As culture and religious structure has changed, American religion has become strung out along a conservative-liberal spectrum rather than divided into denominational bubbles. Today, evangelicals can vote for Santorum without worrying about him imposing the pope’s will on them because they share similar religiously-based social and political values with him, values they don’t share with their liberal counterparts even in their own denominations.

And this, quite simply, is why the Duggars are out campaigning for Rick Santorum even though they probably believe that, as a Catholic, he is destined for hell.

About Libby Anne

Libby Anne grew up in a large evangelical homeschool family highly involved in the Christian Right. College turned her world upside down, and she is today an atheist, a feminist, and a progressive. She blogs about leaving religion, her experience with the Christian Patriarchy and Quiverfull movements, the detrimental effects of the "purity culture," the contradictions of conservative politics, and the importance of feminism.

  • Contrarian

    I believe that in the context of the Santorum quote you cited, Santorum is actually talking specifically about Kennedy. Something about “Kennedy’s speech makes me want to vomit.”

  • http://florilegia.wordpress.com Ibis3, denizen of a spiteful ghetto

    I don’t think Santorum is a conservative Catholic. The conservative Catholic position is against the death penalty, in favour of socialised medicine, against war, in favour of higher education, and accepts the theory of evolution and common descent (though seeing it as God’s mechanism of creation). Santorum may call himself a Catholic, but he’s more like a Protestant of a US fundamentalist persuasion.

    • Anders

      Or at least sees the wisdom of pretending to be…

    • kisekileia

      This is completely accurate and a really, really good point.

    • karmakin

      In terms of the moral force put behind those issues, NONE of it matters to the Catholic hierarchy. They are boilerplate, the text is there for everybody to see, but it’s hidden down a set of broken stairs, in a dark basement, guarded by a tiger.

      Christianity, on the conservative side, over the last decade or two has evolved to a point where nothing else matters except theism in and of itself. It’s probably not even accurate to call them Christians anymore, as the gospel of Jesus Christ plays second stage to the “Will of God”.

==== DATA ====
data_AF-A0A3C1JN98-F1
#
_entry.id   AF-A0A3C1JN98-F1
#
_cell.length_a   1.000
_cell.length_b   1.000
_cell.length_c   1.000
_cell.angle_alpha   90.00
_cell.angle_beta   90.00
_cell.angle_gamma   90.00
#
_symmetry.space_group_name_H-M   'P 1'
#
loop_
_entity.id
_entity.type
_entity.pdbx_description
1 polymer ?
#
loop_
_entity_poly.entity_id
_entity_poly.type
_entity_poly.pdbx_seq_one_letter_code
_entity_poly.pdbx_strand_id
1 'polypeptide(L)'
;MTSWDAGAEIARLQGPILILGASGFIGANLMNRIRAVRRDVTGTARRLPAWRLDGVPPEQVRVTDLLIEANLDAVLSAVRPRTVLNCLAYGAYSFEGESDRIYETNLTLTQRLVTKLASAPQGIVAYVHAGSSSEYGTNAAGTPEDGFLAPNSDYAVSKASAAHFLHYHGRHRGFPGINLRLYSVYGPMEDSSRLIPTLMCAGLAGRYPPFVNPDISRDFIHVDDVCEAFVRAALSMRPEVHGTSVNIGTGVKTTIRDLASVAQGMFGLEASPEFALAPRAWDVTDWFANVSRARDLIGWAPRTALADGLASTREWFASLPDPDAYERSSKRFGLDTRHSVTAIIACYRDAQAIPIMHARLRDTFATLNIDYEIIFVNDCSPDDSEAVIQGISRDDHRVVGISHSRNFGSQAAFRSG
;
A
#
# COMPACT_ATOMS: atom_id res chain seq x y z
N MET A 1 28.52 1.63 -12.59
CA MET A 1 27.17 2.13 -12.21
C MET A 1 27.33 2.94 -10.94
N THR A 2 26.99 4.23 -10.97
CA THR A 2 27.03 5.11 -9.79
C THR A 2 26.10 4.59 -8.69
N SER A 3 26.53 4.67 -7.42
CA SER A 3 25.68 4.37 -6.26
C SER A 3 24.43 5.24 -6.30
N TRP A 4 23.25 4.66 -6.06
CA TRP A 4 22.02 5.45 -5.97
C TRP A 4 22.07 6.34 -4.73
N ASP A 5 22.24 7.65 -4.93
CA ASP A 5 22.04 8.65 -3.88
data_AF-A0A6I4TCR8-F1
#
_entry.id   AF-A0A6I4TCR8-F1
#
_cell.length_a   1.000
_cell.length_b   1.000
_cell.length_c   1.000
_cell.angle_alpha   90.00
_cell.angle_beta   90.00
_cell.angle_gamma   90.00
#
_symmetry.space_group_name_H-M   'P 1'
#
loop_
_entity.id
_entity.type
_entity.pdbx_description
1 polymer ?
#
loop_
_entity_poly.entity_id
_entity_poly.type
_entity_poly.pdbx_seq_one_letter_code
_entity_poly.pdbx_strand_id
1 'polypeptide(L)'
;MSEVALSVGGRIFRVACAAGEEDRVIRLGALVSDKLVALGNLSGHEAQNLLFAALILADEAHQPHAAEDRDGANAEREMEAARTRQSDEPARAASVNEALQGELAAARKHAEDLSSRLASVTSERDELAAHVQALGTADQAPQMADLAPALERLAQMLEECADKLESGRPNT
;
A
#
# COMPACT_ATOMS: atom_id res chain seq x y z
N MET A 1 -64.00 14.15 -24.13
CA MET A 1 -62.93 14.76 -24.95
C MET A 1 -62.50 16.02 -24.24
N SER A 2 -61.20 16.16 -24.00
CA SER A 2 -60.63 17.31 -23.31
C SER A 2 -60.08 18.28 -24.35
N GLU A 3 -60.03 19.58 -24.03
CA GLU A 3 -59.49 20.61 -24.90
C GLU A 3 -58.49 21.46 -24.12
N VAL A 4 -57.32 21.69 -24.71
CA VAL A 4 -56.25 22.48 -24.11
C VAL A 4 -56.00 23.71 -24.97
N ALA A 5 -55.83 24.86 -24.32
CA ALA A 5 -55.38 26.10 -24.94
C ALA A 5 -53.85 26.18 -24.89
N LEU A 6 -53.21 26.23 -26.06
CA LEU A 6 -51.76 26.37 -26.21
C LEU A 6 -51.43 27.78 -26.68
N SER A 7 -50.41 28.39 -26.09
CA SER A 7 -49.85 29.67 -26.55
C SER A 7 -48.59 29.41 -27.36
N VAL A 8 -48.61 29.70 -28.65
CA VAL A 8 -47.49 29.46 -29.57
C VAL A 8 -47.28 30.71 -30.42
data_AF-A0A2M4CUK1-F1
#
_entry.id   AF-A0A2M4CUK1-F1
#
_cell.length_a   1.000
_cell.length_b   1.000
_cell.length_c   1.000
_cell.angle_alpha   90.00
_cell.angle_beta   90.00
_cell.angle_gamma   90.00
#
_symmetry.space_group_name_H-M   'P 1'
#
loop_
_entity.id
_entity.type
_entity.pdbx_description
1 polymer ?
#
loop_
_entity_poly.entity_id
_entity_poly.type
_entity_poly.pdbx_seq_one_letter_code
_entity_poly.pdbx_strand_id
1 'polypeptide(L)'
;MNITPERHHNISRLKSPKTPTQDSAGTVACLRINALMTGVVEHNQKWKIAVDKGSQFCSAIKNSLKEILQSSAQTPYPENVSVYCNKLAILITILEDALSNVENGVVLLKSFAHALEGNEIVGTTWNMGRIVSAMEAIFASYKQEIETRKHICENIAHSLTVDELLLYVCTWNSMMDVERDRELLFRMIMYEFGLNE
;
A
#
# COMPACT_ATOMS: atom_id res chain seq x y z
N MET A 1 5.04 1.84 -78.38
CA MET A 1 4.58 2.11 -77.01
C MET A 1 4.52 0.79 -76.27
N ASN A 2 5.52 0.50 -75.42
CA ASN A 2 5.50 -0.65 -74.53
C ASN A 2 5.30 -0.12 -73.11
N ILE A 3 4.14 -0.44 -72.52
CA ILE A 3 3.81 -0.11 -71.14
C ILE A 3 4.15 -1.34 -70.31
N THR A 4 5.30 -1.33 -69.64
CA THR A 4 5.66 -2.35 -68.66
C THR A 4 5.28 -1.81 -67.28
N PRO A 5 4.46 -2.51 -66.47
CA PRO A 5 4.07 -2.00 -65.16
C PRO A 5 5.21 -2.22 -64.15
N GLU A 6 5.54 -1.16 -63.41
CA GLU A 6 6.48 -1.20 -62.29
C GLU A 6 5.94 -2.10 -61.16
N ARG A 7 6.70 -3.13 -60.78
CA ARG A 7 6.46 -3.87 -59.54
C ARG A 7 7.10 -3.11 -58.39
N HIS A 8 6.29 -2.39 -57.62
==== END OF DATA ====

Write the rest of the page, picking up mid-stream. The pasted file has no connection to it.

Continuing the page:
• amavra

      He reminds me of a sect of ultra conservative Catholics, often labeled a cult – American Society of the Defense of Tradition, Family and Property. It is headed in Pennsylvania and they are strong proponents of making the USA a Catholic theocracy. Seems to fit. A terrifying prospect for sure.

      • Steve

        He is affiliated with Opus Dei. That’s close enough I suppose

  • http://freethoughtblogs.com/dispatches Ed Brayton

    A friend of mine had this conversation with her daughter tonight:

    Kid: Is that Duggar lady pregnant again?

    Mom: Yeah, but she lost it.

    Kid: She needs a new hobby.

  • Irreverend Bastard

    Rick Santorum is not a Catholic, he’s a Fundamentalist Christian. Catholics listen to the Pope, Santorum only listens to the voices in his own head.

    I have to say, if the voters manage to elect Santorum as President of the United States of America, then they fully deserve whatever happens to them during the ensuing theocracy.

    Sadly, the rest of the world will also suffer.

    • Steve

      Most Catholics don’t really listen to the Pope or do what the Vatican commands. Especially when it comes to things like sexuality and birth control. The Catholic Church can only sanction employees and theologians, but they can’t really do anything to get lay people in line since excommunication is reserved for extreme transgressions

  • redwood

    And of course this leads to my favorite Groucho Marx story. On his show “You Bet Your Life” back in the 50s or 60s, he was interviewing a woman with 8 or 10 children. When he asked her why she had so many, she said it was because she loved her husband. To which he replied (and was suspended from TV for it for a while), “Well, I love my cigar but I take it out of my mouth once in a while.”

  • Nathaniel

    Its real simple. Power has become more important than theology. They’ll happily be back at each other’s throats when the clerics are in power.

  • jose

    Nothing brings people together like a common enemy. In this case, the enemy used to be Islam; now, it’s gays and women.

    • http://cfiottawa.com Eamon Knight

      You must be young. I remember when it was Communism.

      Anyways, Islam is still among the enemies — and some people like Dinesh DeSouza have managed to combine the bogey-persons by asserting that the reason the Islamists are pissed at us is for being so nice and permissive to gays and women. So we should, like, toss our gays and women under the bus to appease Al Qaeda. Or something.


CLOSE | X

HIDE | X